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Python has string.find() and string.rfind() to get the index of a substring in string.

I wonder, maybe there is something like string.find_all() which can return all founded indexes (not only first from beginning or first from end)?

For example:

string = "test test test test"

print string.find('test') # 0
print string.rfind('test') # 15

#that's the goal
print string.find_all('test') # [0,5,10,15]
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4  
what should 'ttt'.find_all('tt') return? –  SanSS Jan 12 '11 at 2:41
1  
it should return '0'. Of course, in perfect world there also has to be 'ttt'.rfind_all('tt'), which should return '1' –  nukl Jan 12 '11 at 2:47
1  
Have I made the world perfect? ;) –  marcog Jan 12 '11 at 2:58
1  
@marcog totally :-) thanks a lot! –  nukl Jan 12 '11 at 3:00
2  
@nukl: it could also return [0,1] because you can match tt 2 times in ttt. hence SanSS's question. it is a classic problem in regular languages. you must not have taken academic CS courses I bet. –  v.oddou Dec 13 '13 at 7:36

7 Answers 7

up vote 151 down vote accepted

There is no simple built-in string function that does what you're looking for, but you could use the more powerful regular expressions:

>>> [m.start() for m in re.finditer('test', 'test test test test')]
[0, 5, 10, 15]

If you want to find overlapping matches, lookahead will do that:

>>> [m.start() for m in re.finditer('(?=tt)', 'ttt')]
[0, 1]

If you want a reverse find-all without overlaps, you can combine positive and negative lookahead into an expression like this:

>>> search = 'tt'
>>> [m.start() for m in re.finditer('(?=%s)(?!.{1,%d}%s)' % (search, len(search)-1, search), 'ttt')]
[1]

re.finditer returns a generator, so you could change the [] in the above to () to get a generator instead of a list which will be more efficient if you're only iterating through the results once.

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hi, concerning this [m.start() for m in re.finditer('test', 'test test test test')], how can we look for test or text? Does it become much more complicated? –  xpanta Mar 1 '13 at 10:48
1  
You want to look into regular expression in general : docs.python.org/2/howto/regex.html. The solution to your question will be : [m.start() for m in re.finditer('te[sx]t', 'text test text test')] –  Yotam Vaknin May 6 at 10:21
>>> help(str.find)
Help on method_descriptor:

find(...)
    S.find(sub [,start [,end]]) -> int

Thus, we can build it ourselves:

def find_all(a_str, sub):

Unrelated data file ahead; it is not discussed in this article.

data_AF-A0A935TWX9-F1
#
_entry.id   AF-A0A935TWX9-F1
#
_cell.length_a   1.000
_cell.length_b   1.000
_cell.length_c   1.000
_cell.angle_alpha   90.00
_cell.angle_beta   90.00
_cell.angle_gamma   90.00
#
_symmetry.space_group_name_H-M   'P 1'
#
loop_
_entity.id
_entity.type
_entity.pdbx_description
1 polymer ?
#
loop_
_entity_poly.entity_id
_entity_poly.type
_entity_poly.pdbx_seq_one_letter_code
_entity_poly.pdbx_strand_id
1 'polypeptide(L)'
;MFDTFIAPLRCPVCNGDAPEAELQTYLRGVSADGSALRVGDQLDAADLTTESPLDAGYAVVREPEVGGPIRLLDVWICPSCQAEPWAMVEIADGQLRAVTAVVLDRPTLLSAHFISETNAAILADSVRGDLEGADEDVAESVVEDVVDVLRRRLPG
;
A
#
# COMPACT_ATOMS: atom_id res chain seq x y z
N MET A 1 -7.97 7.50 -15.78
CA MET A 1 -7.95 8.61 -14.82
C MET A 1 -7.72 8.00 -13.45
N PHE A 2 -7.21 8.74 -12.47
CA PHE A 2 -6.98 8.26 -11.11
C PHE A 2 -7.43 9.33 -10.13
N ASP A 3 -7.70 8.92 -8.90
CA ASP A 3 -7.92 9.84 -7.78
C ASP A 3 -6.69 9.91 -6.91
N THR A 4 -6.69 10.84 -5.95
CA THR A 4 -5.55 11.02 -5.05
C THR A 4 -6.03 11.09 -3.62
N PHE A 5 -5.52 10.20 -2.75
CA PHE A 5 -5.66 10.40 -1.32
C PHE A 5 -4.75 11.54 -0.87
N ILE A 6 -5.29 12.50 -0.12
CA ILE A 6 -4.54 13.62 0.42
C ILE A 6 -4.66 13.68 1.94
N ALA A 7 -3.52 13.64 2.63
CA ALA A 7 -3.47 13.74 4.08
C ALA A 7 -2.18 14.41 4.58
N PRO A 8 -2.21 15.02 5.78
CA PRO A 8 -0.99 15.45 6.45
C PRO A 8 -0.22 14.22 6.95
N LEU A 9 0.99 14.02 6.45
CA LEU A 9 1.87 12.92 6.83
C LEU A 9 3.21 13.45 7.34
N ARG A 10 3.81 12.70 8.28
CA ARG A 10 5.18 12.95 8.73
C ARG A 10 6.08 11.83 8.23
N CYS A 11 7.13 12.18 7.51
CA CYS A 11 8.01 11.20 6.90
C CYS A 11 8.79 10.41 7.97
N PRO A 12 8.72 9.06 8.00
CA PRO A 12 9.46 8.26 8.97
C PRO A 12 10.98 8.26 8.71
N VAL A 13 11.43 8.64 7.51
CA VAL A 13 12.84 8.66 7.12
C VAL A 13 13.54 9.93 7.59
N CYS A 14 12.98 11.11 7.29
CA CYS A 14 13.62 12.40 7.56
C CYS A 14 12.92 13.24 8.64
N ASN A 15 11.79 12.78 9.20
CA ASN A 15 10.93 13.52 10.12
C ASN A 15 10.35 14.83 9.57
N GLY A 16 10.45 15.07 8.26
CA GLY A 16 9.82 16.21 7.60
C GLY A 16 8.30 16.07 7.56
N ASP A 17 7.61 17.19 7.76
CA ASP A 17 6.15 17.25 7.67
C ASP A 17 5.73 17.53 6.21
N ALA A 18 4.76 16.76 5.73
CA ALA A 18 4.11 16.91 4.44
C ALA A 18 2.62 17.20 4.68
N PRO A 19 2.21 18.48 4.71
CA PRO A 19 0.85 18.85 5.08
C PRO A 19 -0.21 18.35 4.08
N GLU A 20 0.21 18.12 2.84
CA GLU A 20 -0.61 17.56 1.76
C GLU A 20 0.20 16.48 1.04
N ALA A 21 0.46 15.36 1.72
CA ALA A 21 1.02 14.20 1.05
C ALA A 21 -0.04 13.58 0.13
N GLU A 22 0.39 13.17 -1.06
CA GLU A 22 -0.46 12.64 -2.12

start = 0
    while True:
        start = a_str.find(sub, start)
        if start == -1: return
        yield start
        start += len(sub) # use start += 1 to find overlapping matches

list(find_all('spam spam spam spam', 'spam')) # [0, 5, 10, 15]

No temporary strings or regexes required.

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9  
To get overlapping matches, it should suffice to replace start += len(sub) with start += 1. –  Karl Knechtel Jan 12 '11 at 3:13
1  
I believe your previous comment should be a postscript in your answer. –  tzot Feb 6 '11 at 19:27
    
Your code does not work for finding substr: "ATAT" in "GATATATGCATATACTT" –  Ashish Negi Oct 5 '13 at 7:08
1  
See the comment I made in addition. That is an example of an overlapping match. –  Karl Knechtel Oct 14 '13 at 0:13

Here's a (very inefficient) way to get all (i.e. even overlapping) matches:

>>> string = "test test test test"
>>> [i for i in range(len(string)) if string.startswith('test', i)]
[0, 5, 10, 15]
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I think these - 1 aren't needed. –  Oleh Prypin Apr 21 '13 at 8:24
    
@BlaXpirit: true, the output of range() is zero-based. Thanks... –  thkala Apr 21 '13 at 8:37

You can use re.finditer() for this.

>>> import re
>>> aString = 'this is a string where the substring "is" is repeated several times'
>>> print [(a.start(), a.end()) for a in list(re.finditer('is', astring))]
[(2, 4), (5, 7), (38, 40), (42, 44)]
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2  
Why make a list out of an iterator, it just slows the process. –  Schoolboy May 13 '13 at 10:57

Come, let us recurse together.

def locations_of_substring(string, substring):
    """Return a list of locations of a substring."""

    substring_length = len(substring)    
    def recurse(locations_found, start):
        location = string.find(substring, start)
        if location != -1:
            return recurse(locations_found + [location], location+substring_length)
        else:
            return locations_found

    return recurse([], 0)

print(locations_of_substring('this is a test for finding this and this', 'this'))
# prints [0, 27, 36]

No need for regular expressions this way.

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I just started wonder "is there a fancy way to locate a substring inside a string in python"... and then after 5 min of googling I found your code. Thanks for sharing!!! –  Geparada Aug 5 at 18:22

This thread is a little old but this worked for me:

numberString = "onetwothreefourfivesixseveneightninefiveten"
testString = "five"

marker = 0
while marker < len(numberString):
    try:
        print(numberString.index("five",marker))
        marker = numberString.index("five", marker) + 1
    except ValueError:
        print("String not found")
        marker = len(numberString)

I'd welcome feedback.

Cheers,

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If you're just looking for a single character, this would work:

string = "dooobiedoobiedoobie"
match = 'o'
reduce(lambda count, char: count + 1 if char == match else count, string, 0)
# produces 7

Also,

string = "test test test test"
match = "test"
len(string.split(match)) - 1
# produces 4

My hunch is that neither of these (especially #2) is terribly performant.

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